William Cobb, president and CEO of H&R Block, agrees -- to a point -- with folks who are calling for tax reform.
H&R Block top executive Bill Cobb talks tax reform on CNBC's Squawk CEO Call. Click image to view the video.
Cobb was in New York City on Tuesday (Feb. 16) to tout Block Advisors, his company's new tax and financial planning option for small businesses, and ring the NY Stock Exchange's opening bell. Since he was in town, he made the media rounds, dropping by CNBC studios to talk about tax reform.
Some "silly" tax laws: The panel of financial journalists at Squawk CEO Call was somewhat skeptical that the chief of the self-proclaimed largest tax services provider in the world wants to make taxes easier. Cobb, however, insisted that everyone -- H&R Block and taxpayers -- could benefit.
"There are ways to simplify the tax code," Cobb said. "For example, there are five definitions of a child. Some of this is silly."
But, no surprise, Cobb doesn't agree with all the presidential hopefuls' proposals to drastically re-do the Internal Revenue Code.
And he's definitely not signing off on Donald Trump's tax plan that the garrulous, querulous and leading GOP nominee says would "put H&R Block out of business."
"I think it's silly to talk about just ripping up a 74,000-page [tax code]," Cobb told CNBC. "It's too complex today to go to zero [pages]."
Tax code as policy vehicle: Much of the code's complexity is due to Congress using taxes to implement social policy, such as providing assistance to families through tax credits (for example, for just having kids and then caring for them), as well as a way to put more money into the pockets of poorer workers through things like the Earned Income Tax Credit.
And we're now in the second tax year of individual taxpayers (and their tax preparers) dealing with the latest public policy program that's tied to taxes, the Affordable Care Act, known popularly as Obamacare.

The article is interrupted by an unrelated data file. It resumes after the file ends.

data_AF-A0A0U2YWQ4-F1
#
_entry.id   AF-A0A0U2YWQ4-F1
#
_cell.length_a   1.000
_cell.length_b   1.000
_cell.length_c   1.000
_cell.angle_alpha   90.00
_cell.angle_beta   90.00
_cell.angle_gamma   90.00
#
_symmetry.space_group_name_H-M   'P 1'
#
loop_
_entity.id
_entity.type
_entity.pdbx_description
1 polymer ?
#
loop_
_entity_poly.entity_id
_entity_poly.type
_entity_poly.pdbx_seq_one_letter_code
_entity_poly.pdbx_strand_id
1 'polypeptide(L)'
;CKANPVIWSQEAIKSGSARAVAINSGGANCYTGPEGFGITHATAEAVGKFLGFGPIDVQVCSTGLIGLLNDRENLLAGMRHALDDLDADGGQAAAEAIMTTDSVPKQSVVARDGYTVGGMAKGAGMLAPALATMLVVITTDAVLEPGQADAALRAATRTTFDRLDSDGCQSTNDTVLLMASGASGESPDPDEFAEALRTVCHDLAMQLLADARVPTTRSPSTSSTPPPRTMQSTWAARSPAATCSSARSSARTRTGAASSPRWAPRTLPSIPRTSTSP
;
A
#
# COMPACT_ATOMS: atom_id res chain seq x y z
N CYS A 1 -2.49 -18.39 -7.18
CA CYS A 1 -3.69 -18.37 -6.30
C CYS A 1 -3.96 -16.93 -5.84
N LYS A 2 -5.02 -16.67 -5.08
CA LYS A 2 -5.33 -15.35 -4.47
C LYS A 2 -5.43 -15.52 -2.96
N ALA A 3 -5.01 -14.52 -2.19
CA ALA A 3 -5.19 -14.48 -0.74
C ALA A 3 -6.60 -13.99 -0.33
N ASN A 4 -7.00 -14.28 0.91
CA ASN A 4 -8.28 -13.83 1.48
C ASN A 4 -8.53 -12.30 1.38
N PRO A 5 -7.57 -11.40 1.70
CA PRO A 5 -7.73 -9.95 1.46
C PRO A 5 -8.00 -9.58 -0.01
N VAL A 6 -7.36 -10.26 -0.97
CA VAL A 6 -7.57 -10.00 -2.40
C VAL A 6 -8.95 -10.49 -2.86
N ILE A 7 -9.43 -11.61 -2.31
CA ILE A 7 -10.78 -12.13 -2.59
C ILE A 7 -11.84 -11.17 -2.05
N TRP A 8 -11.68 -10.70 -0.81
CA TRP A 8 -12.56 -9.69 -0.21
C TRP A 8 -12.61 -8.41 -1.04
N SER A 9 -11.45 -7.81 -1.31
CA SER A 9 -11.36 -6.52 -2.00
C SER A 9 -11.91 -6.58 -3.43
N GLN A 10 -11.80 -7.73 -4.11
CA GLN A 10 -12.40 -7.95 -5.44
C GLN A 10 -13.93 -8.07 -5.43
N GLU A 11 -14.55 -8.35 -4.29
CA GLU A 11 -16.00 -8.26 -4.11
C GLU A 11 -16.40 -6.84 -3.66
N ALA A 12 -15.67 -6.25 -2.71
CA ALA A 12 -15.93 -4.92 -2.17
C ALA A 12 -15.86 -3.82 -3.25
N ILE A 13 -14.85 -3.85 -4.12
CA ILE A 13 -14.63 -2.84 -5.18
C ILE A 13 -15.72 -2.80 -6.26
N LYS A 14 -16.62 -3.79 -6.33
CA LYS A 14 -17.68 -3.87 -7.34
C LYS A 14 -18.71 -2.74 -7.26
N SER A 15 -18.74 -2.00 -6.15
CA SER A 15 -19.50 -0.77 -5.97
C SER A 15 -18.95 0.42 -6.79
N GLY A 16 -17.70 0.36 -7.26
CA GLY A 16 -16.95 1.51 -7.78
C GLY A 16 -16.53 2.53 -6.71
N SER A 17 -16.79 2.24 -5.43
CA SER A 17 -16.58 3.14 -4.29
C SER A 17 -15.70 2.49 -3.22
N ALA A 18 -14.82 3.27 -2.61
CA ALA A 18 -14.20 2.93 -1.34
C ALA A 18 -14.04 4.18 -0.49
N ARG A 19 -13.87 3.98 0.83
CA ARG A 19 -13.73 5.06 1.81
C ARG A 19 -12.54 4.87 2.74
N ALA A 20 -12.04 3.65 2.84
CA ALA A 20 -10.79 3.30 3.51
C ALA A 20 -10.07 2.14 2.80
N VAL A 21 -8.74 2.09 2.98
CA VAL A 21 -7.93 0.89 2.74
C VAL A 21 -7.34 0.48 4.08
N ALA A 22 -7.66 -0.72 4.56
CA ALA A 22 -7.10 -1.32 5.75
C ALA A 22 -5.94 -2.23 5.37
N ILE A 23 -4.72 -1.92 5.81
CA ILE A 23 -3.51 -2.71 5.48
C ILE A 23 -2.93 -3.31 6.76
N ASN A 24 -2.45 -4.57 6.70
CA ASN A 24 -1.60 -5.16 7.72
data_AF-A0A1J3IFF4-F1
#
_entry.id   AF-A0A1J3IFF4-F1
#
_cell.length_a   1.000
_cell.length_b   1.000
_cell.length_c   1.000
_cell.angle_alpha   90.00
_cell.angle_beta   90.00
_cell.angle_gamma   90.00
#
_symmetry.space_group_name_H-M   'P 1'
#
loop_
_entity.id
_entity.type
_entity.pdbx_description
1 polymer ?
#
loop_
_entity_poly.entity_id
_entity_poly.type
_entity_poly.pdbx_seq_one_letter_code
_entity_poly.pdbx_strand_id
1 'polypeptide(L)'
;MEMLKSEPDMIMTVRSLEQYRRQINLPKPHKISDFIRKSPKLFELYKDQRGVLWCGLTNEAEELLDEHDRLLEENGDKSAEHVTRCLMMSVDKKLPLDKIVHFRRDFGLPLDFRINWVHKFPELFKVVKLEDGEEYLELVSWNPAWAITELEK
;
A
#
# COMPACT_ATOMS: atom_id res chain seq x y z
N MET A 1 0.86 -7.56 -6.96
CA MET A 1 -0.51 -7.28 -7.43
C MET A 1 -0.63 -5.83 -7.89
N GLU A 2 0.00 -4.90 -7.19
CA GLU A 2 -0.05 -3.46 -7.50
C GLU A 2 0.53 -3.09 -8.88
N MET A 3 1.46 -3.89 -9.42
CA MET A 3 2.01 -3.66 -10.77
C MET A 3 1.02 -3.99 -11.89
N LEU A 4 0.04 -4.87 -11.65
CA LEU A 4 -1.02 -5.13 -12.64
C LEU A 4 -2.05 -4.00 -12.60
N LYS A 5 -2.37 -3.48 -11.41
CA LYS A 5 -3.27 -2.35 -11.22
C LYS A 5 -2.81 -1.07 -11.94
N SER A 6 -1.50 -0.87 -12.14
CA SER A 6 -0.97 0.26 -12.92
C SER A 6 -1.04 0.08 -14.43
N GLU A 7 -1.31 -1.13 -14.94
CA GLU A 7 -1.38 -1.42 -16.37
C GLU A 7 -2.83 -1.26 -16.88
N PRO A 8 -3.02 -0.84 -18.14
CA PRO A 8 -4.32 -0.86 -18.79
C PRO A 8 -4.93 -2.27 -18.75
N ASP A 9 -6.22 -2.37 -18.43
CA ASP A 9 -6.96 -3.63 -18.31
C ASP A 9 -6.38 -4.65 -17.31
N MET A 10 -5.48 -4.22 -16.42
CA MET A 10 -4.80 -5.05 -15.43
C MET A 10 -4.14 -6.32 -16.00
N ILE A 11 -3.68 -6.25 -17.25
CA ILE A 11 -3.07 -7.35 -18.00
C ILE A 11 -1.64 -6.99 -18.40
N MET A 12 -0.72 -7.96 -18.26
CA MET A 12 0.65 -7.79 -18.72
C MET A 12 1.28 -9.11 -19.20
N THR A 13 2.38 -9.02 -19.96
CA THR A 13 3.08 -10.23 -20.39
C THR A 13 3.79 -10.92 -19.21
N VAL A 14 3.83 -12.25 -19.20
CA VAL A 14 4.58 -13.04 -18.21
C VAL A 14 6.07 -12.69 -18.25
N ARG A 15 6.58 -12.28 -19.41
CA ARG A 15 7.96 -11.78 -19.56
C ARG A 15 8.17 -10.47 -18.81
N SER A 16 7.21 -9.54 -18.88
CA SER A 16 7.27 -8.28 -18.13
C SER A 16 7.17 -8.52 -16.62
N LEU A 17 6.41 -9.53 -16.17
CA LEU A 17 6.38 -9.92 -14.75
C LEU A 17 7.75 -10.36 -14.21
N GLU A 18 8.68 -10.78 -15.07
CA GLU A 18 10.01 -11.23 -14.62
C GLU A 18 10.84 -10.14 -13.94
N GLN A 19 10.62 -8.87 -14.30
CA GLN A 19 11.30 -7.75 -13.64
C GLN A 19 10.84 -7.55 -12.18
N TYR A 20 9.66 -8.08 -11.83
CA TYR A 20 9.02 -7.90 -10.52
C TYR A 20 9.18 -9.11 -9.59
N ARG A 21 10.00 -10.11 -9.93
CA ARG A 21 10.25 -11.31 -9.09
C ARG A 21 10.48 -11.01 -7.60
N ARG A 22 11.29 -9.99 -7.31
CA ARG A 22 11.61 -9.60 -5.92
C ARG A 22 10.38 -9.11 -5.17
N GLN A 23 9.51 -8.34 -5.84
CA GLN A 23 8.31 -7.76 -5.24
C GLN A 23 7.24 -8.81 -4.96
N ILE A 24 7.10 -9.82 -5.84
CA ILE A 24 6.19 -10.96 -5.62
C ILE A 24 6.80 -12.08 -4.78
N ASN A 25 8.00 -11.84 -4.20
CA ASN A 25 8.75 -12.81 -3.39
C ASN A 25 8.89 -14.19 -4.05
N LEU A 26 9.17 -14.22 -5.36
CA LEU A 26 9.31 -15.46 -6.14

Before we can start untangling any of those programs and hopefully simplifying the tax laws, Capitol Hill needs to rethink its tax modus operandi.
"The government," said Cobb, "needs to figure out how they are going administer social programs."
Great idea, Mr. Cobb, but good luck with that.
At tax odds on Capitol Hill: When lawmakers start talking about trimming the tax code, they invariably leave in many of the sacred cow tax breaks, such as the mortgage interest and charitable donation deductions. They know that once a tax benefit is on the books, it's incredibly hard to remove it.
Then there's the intense political polarization, which gets more intense with every day of the 2016 quest for the White House. Right now if the Democrats said the sky was blue, the Republicans would call them liars and vice versa.
Plus, it's almost as bad on an intra-party level. Within their respective parties, Republican and Democratic presidential hopefuls disagree on just what kind of tax system changes should be made.
So H&R Block's and its competitors' consumer tax businesses should be safe for a while.
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